Harold has faced adversity — and when you combine that with his athletic potential there’s a lot to appreciate here. He was an elite prospect in high school — a true 5-star recruit. He was touted to play receiver, linebacker or defensive end — flashing a tremendous wingspan and closing speed. A Virginia native, he had his pick of the top colleges. Florida, LSU, Ohio State and more. They all showed interest. He chose to stay local.

He’s admitted to struggling to keep weight on. He has a high metabolism and lingered at 225lbs early in his Virginia career. They wanted him at 245lbs ideally. According to ESPN, he played at 250lbs in 2014. That’s a positive sign. When you look at his frame it’s almost ideal for the LEO position. The length is perfect — 6-4 and nice long arms. He’s incredibly athletic with fantastic foot speed. The burst and explosion is all there. The Seahawks have to like this guy. Have to.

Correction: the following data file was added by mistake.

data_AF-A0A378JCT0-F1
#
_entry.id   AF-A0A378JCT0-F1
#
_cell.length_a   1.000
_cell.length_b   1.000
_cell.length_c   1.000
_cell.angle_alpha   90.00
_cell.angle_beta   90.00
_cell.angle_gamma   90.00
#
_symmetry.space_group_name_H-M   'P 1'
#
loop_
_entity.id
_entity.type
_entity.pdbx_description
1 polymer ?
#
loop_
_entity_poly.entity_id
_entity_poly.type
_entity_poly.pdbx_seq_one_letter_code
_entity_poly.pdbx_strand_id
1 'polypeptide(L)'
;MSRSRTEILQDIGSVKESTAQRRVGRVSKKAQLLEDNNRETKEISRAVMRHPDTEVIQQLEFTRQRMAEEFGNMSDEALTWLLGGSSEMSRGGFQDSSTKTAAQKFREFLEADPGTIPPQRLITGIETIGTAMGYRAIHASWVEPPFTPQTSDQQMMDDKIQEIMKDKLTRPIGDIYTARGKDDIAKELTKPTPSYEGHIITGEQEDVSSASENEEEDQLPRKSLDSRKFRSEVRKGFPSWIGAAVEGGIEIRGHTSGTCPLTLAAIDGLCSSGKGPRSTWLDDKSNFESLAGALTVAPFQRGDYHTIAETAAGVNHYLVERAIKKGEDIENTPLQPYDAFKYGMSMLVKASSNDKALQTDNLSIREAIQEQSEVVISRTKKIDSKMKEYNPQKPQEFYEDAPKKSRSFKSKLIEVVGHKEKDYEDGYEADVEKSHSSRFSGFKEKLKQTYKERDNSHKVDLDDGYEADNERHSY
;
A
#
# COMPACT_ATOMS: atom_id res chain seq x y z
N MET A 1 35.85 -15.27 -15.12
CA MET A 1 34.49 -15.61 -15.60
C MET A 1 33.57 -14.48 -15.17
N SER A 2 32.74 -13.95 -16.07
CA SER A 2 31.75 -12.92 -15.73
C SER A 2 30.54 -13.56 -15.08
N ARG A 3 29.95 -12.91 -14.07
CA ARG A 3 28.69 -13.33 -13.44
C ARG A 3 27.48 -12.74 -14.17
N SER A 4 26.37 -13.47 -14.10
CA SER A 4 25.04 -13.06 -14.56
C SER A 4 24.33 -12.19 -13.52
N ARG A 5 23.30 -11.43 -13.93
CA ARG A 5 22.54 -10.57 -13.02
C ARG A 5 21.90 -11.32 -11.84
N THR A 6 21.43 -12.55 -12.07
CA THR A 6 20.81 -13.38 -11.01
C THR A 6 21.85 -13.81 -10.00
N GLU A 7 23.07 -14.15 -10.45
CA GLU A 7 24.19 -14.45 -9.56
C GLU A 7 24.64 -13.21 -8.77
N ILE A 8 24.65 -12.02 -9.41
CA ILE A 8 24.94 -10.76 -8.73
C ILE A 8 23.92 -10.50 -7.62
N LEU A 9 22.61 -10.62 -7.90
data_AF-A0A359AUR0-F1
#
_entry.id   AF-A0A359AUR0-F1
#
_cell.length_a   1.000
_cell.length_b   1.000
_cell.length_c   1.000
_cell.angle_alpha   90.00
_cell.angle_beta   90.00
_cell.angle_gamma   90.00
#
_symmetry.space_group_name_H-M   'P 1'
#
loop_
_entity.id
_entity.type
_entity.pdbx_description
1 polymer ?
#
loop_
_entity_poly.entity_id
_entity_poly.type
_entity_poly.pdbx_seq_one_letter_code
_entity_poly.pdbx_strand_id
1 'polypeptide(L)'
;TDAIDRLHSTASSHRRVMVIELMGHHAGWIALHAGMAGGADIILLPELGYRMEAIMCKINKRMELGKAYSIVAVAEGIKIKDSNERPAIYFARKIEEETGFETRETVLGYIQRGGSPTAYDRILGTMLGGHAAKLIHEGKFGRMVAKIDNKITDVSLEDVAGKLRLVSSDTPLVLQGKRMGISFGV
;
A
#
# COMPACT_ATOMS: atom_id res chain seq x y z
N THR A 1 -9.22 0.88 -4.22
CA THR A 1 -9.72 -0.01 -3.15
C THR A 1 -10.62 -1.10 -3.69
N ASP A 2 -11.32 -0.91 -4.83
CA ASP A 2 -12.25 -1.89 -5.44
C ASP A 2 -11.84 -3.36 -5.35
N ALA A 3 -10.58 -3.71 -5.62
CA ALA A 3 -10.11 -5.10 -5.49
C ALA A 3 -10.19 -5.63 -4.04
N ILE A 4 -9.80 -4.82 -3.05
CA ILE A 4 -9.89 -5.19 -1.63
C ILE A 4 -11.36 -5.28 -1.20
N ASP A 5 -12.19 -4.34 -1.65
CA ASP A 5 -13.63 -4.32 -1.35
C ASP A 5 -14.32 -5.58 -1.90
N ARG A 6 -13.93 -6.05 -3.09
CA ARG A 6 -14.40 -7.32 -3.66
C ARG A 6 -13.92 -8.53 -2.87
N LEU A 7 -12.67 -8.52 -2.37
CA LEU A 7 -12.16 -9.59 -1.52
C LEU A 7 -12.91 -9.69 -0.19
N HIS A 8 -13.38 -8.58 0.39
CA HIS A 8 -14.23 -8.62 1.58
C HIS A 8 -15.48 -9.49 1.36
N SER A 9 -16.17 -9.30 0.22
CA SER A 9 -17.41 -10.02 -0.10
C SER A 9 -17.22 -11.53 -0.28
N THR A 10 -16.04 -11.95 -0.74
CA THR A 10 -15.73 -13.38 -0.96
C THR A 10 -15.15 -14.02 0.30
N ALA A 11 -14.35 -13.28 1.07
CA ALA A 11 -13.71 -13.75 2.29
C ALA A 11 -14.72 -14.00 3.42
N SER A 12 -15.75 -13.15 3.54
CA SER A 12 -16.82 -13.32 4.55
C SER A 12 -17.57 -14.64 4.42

The tape isn’t always great, however. I’ve watched three Virginia games from 2014 and he’s pretty boom or bust. There are times where he just gets smothered by bigger linemen and it hints at further work at the next level and maybe even something akin to a redshirt year (like Jordan Hill). His production dropped off considerably in the second half of 2014 — he had 1.5 sacks in his last seven games for Virginia (although he had 6.5 TFL’s) and struggled to make an impact against Florida State’s offensive front. The potential is there for all to see but he needs to learn to counter and not just rely on speed. He’s not quite adept yet at converting speed-to-power — although you see flashes of brilliance. Against Louisville he shoved the tackle into the backfield before exploding to the quarterback for a splash play. He just needs more time, more experience and further strength work. He’ll get there.